Should This Busy Mississauga Intersection Get an LRT Station?


Published June 4, 2018 at 7:59 pm


When the subject of the Hurontario LRT comes up, most residents are either skeptical that it is needed (preferring a subway to Toronto) or they are dumbfounded that such as project is taking place on one of the busiest streets in Mississauga.

But rarely would you see residents actually standing up and calling for an additional station on the LRT route, but that is what is happening with people living in a cluster of condo towers and nearby homes at Hurontario Street and Kingsbridge Garden Circle.

Recently, a community advocacy group called Kingsbridge Matters was formed under the direction of Grant Gorchynski (who is now running for city council), the property manager of the Emerald Centre plaza, for the sole purpose of adding an LRT station in their area.

Members of Kingsbridge Matters LRT advocacy group (Grant Gorchynski, the founder, is standing in centre of back row)

They organized a rally back on May 12, and a number of candidates who were running to be the MPP in the Mississauga Centre riding were openly supportive of adding a station.

A subsequent public event with those MPP candidates was held on June 2, and the main question was how they would get an LRT station at Kingsbridge. Candidates in attendance were:

  • Bobbie Daid, the Liberal candidate.

  • Natalia Kusendova, the Progressive Conservative candidate who won a seat in the June provincial election.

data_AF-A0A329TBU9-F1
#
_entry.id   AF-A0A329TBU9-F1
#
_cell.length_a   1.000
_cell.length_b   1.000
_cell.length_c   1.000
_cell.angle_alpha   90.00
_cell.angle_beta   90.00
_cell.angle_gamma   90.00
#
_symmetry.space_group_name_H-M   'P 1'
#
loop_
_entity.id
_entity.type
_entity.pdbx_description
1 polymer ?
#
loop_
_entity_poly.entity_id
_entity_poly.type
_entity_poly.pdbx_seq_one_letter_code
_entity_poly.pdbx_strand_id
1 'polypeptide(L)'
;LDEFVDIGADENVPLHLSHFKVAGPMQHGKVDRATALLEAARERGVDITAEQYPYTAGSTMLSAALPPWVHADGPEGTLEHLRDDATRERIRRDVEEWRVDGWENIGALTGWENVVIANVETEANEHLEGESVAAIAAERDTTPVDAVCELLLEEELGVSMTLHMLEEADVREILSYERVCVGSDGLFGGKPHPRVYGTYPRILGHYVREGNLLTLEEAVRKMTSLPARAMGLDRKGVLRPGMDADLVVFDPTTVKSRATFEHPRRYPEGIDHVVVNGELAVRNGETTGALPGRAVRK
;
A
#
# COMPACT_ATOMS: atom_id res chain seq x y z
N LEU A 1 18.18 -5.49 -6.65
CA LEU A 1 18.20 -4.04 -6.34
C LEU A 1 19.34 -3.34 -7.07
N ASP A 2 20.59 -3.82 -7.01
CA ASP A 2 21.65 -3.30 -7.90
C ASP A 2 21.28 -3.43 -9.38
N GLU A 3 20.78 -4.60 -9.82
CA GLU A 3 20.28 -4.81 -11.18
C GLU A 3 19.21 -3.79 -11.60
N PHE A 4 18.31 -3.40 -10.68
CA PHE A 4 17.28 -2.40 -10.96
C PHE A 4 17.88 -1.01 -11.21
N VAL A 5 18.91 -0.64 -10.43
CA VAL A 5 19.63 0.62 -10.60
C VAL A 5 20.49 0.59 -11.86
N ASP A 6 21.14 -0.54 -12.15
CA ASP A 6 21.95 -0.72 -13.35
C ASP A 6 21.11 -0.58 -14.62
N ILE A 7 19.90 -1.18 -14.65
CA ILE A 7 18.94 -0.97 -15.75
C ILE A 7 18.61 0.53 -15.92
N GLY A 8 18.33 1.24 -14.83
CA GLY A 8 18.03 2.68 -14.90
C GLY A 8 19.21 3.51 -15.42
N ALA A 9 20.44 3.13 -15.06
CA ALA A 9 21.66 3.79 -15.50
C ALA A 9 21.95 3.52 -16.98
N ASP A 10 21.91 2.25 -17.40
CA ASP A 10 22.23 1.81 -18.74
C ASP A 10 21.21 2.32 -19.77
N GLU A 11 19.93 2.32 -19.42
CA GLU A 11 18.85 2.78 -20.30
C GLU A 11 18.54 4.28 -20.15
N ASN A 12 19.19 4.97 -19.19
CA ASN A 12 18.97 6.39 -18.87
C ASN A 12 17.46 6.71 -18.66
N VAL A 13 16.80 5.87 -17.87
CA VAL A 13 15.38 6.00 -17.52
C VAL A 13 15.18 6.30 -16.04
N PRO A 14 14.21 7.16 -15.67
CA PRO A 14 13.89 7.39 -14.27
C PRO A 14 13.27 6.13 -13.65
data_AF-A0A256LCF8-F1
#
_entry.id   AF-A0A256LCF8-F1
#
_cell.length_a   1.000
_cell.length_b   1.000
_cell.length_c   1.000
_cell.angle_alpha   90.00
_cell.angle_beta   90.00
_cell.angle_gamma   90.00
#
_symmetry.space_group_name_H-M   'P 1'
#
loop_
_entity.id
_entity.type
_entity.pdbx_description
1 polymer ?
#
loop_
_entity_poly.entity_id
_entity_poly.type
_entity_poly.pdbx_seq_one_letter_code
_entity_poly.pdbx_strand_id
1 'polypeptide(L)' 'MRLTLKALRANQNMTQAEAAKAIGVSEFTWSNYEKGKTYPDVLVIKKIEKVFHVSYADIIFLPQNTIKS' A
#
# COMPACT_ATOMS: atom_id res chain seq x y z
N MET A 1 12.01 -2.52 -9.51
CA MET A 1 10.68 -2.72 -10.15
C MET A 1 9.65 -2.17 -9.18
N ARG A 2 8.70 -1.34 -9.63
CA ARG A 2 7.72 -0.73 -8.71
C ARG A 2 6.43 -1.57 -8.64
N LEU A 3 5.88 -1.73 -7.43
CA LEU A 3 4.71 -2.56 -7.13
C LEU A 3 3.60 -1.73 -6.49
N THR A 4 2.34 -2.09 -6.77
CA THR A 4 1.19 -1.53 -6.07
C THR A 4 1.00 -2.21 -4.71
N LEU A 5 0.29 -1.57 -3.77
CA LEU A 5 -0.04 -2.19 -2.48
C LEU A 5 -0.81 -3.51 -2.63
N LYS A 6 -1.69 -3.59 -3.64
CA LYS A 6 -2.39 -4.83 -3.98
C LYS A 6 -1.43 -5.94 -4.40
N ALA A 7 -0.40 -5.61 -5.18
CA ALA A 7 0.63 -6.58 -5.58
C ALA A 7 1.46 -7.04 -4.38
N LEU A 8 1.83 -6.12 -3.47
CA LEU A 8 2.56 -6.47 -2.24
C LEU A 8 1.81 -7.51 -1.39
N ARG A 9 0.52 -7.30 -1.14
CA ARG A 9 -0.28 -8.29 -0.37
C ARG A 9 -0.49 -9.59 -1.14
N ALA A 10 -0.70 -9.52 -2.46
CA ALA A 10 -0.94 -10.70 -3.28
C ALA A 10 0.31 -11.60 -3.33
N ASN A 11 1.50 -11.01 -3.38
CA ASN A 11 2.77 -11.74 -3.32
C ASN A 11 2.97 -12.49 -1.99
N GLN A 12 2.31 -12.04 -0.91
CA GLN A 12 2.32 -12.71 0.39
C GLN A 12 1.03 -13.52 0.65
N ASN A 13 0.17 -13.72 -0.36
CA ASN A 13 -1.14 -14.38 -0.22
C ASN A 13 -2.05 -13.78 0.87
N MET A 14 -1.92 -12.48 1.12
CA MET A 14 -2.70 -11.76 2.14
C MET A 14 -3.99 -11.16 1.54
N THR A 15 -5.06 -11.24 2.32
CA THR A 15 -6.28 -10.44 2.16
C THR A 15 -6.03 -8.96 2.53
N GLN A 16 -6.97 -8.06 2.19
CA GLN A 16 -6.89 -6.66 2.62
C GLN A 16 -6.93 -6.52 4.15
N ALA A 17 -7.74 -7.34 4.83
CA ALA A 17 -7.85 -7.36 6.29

• Laura Kaminker, the NDP candidate.

  • Caroline Roach, an Independent running in the nearby riding of Mississauga-Malton. Roach said she was invited to attend by Acorn Place, which is across Hurontario on the other side of Kingsbridge.

The current MPP and other candidates gave various statements in regards to their position on an additional LRT station. Kusendova cited her experience as a registered nurse and how accessibility to medical services was very important, and Daid said that she was proud that the LRT is a Liberal project, but “they should go back to the drawing board” to review adding another station.

Kaminker said her experience as a librarian was important in her skillset when it comes to providing access to services, while Roach said her status as an independent candidate means she is not beholden to the party structure and party line, hence she would have a better chance to advocate for an additional LRT station. “If this stations is not included now, it will never happen,” Roach said.

Overall, the candidates didn’t have much to say in terms of specifics on how they would get an LRT station to Kingsbridge, other than saying they support it and would fight for it. In all honesty, Gorchynski demonstrated a higher level of knowledge on the specifics than they did.

But you might be asking yourself, does this area need a LRT station, and what evidence is there to suggest it does?

Kingsbridge Matters published a report available online with various reasons listed as to why this area needs an LRT station. One main reason is that with 12,000 people living in the area, there would be better access to the plaza with an adjacent LRT station next to it.

There were many seniors and disabled people in the community and from other parts of Mississauga, that if they need to go to the medical centre that means they would have to get off at the future Eglinton station and walk a block or two before getting to their destination, which is a dangerous walk even for regular able-bodied people.

Here are some pictures of the plaza; as you can see there are a number of businesses and service providers here, such as medical clinics, law office, and restaurants.